Of all the albums presented in this recent post/article, this is the group that I would of thought the most likely to succeed by the traditional definition (dare I say it – “commercially”). The B.U.M.s debut (& only) CD is an outrageously slick, gigantically accessible banger pitching two unknown Oakland MC’s (at least out of their immediate locality) directly at Hip-Hop stardom. Considerable lyrical deftness, with conscious & even recusant elements enmeshed amongst ya’ typical brag-fest & lexi-arse-whupping that is massively complimented by immaculate beats & production from DJ Sway that’s honestly in Premier territory (seriously). The album’s quality is consistent throughout, the label is Priority, the year is 95 & even the sleeve design & photography are screaming for high margins. Somehow though, despite bulls-eyes in all boxes, this album derailed & fell into the “slept on classic” sub category that has claimed so many great efforts afore. This is a frequent phenomenon, but I am particularly surprised by this unique case considering all the conspicuously overt merits & market-malleable motions that have been secured here (& secured well evidently). Lyfe ‘N’ Tyme is by & large a Hip Hop album but with regular Hardcore Rap occurrences & topography with some amazingly perceptive breakdowns on residing in a hostile & hazardous environment & dealing with all the unavoidable shit that travels in tandem. The dichotomy & struggle of treading the grey threshold between aggressor/ criminal/ victim/ civilian out of necessity & all the anxiety, coping methods/moral & psychological toll that comes with maintaining such an equilibrium are profoundly articulated & observed to an extremely high bench-mark that cuts deeper than many other examples. Sway also needs further praise for his ridiculously slick production & beats. It’s high art, with lots of attention to phonics, all clearly extracted from a heaving record collection with intimate knowledge & attention to fine & nuanced details.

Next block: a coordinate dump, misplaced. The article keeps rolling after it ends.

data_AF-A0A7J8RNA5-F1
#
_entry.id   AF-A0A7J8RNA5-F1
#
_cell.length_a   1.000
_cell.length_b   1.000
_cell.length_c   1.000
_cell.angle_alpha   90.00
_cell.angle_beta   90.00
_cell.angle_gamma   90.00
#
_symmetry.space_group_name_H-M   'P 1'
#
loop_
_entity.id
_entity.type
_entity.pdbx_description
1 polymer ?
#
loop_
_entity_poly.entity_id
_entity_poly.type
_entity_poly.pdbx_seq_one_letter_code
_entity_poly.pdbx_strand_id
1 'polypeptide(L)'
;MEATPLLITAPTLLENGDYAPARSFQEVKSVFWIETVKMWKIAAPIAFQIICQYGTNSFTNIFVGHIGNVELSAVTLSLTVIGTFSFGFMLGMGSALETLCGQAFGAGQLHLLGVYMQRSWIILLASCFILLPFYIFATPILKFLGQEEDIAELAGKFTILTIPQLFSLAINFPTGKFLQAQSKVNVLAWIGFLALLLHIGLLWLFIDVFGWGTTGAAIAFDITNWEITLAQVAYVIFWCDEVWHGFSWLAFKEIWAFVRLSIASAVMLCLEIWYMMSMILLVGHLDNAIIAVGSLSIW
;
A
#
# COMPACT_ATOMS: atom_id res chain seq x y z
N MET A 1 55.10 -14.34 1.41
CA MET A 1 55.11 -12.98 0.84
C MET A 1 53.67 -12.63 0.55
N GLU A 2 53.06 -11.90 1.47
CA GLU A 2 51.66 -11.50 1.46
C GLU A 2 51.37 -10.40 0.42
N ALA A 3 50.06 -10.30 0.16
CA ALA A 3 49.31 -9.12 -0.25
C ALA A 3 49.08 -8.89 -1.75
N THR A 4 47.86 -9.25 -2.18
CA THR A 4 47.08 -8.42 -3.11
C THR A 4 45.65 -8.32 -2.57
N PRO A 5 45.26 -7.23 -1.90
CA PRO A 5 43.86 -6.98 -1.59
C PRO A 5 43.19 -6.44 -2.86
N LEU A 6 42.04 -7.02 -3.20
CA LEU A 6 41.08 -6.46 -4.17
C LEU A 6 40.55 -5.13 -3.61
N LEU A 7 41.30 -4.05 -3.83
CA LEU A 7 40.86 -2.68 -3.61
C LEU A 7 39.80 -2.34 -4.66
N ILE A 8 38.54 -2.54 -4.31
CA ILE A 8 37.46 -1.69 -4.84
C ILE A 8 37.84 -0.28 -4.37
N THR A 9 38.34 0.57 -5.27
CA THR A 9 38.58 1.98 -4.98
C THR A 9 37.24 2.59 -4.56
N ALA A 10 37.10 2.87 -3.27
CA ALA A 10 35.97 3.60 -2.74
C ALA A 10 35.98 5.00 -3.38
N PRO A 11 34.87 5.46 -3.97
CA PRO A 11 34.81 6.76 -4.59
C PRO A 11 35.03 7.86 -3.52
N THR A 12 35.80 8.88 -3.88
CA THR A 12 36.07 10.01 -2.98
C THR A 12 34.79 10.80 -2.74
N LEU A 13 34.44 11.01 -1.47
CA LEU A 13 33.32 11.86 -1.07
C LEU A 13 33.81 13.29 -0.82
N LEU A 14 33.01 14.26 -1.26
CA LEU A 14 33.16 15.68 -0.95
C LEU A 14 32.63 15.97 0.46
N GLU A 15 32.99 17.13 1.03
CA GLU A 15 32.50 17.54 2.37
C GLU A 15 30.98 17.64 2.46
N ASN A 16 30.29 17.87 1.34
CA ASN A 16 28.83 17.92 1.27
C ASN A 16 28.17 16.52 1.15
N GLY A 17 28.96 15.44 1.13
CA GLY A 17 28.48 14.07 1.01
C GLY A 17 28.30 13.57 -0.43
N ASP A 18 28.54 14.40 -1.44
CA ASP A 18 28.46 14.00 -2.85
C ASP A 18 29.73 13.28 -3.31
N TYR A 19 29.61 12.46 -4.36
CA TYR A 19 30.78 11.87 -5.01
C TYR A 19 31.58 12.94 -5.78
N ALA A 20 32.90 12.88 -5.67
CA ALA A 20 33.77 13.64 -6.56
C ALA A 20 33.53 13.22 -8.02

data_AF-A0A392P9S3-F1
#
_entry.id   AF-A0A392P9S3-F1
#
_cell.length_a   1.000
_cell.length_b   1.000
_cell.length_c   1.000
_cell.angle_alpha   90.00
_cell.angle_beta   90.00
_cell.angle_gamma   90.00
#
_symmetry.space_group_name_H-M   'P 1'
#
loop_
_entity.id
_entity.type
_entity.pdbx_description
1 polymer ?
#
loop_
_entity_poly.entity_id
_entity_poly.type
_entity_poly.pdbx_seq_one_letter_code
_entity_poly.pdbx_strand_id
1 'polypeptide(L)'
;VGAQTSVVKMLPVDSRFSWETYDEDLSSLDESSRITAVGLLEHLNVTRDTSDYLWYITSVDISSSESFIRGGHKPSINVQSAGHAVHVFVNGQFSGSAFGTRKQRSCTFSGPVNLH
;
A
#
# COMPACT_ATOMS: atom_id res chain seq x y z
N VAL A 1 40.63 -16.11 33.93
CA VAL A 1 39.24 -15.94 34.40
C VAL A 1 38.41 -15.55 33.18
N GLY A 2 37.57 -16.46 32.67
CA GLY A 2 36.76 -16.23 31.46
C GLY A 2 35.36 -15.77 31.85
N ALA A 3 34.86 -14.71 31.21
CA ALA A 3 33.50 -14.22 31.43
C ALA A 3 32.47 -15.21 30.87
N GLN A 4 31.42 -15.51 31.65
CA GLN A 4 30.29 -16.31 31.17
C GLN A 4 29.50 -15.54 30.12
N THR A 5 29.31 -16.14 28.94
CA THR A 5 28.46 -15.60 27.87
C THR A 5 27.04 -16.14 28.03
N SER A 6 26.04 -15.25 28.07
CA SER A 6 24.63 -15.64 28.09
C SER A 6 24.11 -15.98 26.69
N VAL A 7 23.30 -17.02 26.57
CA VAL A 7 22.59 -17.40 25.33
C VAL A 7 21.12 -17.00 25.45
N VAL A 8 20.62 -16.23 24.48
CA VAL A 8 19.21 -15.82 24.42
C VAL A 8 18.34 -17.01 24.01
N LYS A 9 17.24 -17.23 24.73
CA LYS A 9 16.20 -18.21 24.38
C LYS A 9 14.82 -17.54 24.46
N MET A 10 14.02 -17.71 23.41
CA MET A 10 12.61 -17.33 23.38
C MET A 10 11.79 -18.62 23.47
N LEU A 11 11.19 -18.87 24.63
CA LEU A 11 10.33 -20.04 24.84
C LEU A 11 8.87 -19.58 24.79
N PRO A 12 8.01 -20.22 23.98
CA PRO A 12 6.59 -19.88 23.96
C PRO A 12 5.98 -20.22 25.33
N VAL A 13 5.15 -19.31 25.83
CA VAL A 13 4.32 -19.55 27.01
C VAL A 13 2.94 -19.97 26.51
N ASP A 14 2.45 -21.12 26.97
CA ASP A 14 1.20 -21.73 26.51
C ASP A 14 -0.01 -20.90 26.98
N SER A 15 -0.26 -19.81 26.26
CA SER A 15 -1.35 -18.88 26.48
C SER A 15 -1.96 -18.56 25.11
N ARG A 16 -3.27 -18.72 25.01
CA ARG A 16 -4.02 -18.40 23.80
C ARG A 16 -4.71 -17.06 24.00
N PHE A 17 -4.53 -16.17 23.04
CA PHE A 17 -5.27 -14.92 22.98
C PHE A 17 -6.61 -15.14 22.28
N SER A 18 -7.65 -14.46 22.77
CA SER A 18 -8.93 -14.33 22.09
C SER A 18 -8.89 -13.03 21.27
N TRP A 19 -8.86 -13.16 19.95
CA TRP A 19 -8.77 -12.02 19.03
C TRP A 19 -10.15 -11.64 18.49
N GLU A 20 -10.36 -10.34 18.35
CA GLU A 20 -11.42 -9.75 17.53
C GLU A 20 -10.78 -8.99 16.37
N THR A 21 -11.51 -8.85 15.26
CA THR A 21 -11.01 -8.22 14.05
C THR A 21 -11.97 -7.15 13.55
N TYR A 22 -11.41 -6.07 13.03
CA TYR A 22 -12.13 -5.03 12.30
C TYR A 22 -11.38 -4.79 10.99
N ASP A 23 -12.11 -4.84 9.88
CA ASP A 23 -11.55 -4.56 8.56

So what sunk it? My suspicion is some in label rivalry (where another artist received preferential favouritism & therefore the competition needed to be neutralized) or more likely the final track of the album – “Who Gives You The Right” an absolutely fuckin’ withering pro-black anti-capitalist emancipatory-earnest fanfare that sounds like a missing Malcom X chapter. Maybe someone objected to such potency & wheeled in the artificial tranquilizers in an act of industry nullification (“he’s talking about us y’ know”)? Some kind of synthetic sabotage clearly transpired here. & so it was that Brothas Unda Mandess only cut one album that’s now dormant in the esoteric graveyard! Well worth digging in the crypt to retrieve, & What Gives You The Right would probably terrify these shits even more today than it did in the 95!
Label: Priority/All City Productions